Book Review for “The Girls of the Kingfisher Club” by Genevieve Valentine.
Every one of the 12 Hamilton sisters have been shuttered away from the world since the day they were born. With no boys as his heir, their father wants to make sure his girls stay unsullied until he can marry them off and be rid of them. But their determination to find some freedom is stronger than their fear of their father – who most of them have never even met. It is Josephine, the eldest, who figures out how to escape their jail. The danger of going to speakeasies during prohibition in New York only makes it more exciting and appealing. Eventually, these dozen girls are going out every night to dance their troubles away. But despite the extreme lengths of discretion and secrecy they go to, there is always something (or someone) lurking that could trap them and end it all. This is “The Girls at the Kingfisher Club” by Genevieve Valentine.
Astute readers of this plot summary might guess that this is a modern-day telling of the Grimm fairy tale “The Twelve Dancing Princesses.” What is most surprising about this version is that Valentine never once takes her retelling out of the realm of reality; not even for one miraculous stunt out of left-field to save the girls. This is probably Valentine’s greatest accomplishment in what certainly is an ambitious undertaking. Of course, placing these girls in prohibition era New York was also a stroke of genius. What other era could give a dozen girls places to dance through the soles of their shoes? To this, she added the double edged danger of being caught between defying their father by sneaking out to venues which are at risk of being raided by the police.
All of this screams brilliance, and certainly Valentine set herself up with all the necessary elements for success. Unfortunately, something got a bit lost between the concept and the execution. While the overall story held together quite well, the telling of it got bogged down with too much background included in more than the first half of this book. This, together with the excessive use of parenthetical remarks almost made me stop reading before I got to the climax. Thankfully, something made me keep reading and when this part finally came, I was pleased to see that Valentine got down to business and things started getting exciting. I was hoping that the energy from there would continue to the end, but she had to keep track of all these girls. Because of this, as she approached the conclusion, the story once again became overly detailed, if only slightly. I think Valentine should have considered ending the novel sooner after the climax and then giving us an epilogue from about a year after that.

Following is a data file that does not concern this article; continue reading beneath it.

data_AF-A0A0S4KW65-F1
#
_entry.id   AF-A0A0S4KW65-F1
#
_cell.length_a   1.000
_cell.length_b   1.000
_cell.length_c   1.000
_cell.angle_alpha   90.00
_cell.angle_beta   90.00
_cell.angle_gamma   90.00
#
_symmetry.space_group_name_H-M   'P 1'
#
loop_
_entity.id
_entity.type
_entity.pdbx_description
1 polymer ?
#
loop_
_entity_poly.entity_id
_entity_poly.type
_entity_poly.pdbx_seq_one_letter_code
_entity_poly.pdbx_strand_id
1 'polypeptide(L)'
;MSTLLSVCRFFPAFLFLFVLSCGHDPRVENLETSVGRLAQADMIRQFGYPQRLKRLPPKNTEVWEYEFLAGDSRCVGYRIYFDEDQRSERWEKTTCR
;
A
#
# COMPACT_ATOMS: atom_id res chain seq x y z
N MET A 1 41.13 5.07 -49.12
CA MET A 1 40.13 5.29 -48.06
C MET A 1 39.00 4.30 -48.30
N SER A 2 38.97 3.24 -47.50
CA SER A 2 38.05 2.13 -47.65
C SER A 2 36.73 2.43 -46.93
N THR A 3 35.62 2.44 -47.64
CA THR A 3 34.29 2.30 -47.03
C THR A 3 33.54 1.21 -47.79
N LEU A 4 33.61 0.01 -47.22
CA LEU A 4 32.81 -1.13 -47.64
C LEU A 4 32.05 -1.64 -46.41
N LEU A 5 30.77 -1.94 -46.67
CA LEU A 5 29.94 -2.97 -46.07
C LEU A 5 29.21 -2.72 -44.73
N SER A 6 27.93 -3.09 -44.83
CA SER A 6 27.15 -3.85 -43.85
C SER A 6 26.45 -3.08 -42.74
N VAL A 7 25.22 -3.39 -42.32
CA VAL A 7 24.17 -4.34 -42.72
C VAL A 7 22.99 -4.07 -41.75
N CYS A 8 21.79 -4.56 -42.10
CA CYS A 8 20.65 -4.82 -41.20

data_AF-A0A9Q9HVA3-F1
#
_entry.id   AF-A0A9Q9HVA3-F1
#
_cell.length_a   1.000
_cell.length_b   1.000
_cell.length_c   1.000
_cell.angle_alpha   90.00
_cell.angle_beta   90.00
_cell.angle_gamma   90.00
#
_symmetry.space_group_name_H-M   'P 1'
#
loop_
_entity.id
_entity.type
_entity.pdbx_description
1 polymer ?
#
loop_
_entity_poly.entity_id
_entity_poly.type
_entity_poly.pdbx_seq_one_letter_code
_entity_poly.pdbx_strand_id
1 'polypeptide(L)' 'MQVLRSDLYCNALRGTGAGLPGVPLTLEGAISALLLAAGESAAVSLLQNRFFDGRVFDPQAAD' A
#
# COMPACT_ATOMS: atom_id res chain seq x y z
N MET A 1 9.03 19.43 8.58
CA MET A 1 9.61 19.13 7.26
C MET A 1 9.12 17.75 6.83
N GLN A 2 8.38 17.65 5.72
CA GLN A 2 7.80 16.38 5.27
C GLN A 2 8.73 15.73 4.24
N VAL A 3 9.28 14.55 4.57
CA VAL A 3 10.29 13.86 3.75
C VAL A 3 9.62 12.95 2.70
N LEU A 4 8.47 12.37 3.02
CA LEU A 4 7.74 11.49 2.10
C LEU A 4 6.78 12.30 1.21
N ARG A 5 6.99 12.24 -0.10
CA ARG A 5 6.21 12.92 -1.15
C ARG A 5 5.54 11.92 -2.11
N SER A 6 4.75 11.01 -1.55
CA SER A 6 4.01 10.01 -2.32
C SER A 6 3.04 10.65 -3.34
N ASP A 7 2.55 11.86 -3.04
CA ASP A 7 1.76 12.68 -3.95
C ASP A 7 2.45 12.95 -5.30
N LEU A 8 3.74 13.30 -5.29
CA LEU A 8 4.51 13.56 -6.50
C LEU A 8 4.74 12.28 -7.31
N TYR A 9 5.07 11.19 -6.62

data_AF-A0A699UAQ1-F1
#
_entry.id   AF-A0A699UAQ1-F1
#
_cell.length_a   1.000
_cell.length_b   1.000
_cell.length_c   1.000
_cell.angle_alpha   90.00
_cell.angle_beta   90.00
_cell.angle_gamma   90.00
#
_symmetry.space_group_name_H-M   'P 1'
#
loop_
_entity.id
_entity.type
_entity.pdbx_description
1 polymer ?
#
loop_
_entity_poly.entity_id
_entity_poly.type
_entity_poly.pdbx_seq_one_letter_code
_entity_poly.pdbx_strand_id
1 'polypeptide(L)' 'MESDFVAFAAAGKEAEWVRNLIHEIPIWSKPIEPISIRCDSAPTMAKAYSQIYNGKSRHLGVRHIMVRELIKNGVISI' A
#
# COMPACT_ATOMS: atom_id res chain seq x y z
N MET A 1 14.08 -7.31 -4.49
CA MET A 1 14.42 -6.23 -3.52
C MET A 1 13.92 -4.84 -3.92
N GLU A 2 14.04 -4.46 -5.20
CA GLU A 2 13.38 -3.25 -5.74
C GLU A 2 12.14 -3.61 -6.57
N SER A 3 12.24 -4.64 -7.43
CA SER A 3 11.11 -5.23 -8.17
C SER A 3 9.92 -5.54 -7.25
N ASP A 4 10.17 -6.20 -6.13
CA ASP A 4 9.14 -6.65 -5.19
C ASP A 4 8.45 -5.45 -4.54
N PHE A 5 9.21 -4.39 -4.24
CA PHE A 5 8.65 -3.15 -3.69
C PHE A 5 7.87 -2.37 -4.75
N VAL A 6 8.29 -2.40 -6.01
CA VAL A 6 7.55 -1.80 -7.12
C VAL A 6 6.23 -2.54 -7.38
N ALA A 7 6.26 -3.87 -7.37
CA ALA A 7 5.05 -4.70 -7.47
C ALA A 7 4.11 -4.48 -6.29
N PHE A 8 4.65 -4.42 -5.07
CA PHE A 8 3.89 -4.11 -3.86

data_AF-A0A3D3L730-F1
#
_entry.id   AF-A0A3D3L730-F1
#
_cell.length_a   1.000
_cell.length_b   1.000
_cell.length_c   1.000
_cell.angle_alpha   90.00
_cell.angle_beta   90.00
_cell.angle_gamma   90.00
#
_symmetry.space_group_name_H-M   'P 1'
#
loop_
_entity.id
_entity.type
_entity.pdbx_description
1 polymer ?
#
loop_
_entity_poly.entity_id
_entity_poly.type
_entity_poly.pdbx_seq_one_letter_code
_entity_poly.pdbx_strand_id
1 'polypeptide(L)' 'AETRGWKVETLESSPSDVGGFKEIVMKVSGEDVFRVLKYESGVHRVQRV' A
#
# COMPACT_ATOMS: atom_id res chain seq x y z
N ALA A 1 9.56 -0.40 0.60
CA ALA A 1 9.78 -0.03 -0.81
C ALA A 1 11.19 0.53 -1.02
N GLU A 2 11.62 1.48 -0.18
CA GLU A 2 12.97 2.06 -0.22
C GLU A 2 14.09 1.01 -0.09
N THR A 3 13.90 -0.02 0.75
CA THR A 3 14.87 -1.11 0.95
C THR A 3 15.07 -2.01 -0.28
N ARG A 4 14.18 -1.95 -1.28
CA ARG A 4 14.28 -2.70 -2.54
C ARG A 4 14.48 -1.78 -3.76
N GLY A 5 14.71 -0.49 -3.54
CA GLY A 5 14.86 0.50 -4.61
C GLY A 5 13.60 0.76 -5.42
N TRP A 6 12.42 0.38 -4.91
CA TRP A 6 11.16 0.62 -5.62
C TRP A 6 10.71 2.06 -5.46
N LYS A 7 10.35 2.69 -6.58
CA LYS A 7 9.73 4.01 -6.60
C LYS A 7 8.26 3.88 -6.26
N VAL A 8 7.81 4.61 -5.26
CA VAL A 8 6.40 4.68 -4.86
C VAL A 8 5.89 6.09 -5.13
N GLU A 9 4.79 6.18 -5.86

I think that the thing that made me keep reading, despite the problems I had with this book was Valentine’s style. Her writing has a very appropriate feel to it which beautifully melded the fairy tale atmosphere with the flapper era language in which she set her story, despite the overused parentheses (or maybe because of them). For an award winning Science Fiction and Fantasy writer, Valentine certainly adapted herself quite well to this reality-based, historical fiction novel. In fact, I do hope that she gives this genre a second shot, since I’m sure she can get out the kinks and really pull off a modernized fairy tale with full force. “The Girls at the Kingfisher Club” by Genevieve Valentine is a book that will surely appeal to many people, but as much as I wished I could recommend it higher, I can only give it three out of five stars.
“The Girls at the Kingfisher Club” by Genevieve Valentine, published by Atria Books (a division of Simon & Schuster) and released on June 3, 2014 is available (via these affiliate links) from Amazon, Barnes & Noble, Walmart (Kobo) eBooks (USA, Canada & Australia), the website eBooks.com, iTunes, The Book Depository (free worldwide delivery), new or used from Alibris, used from Better World Books (promoting libraries and world literacy), as well as from an IndieBound store near you. My thanks to the publishers for sending me a review copy via NetGalley.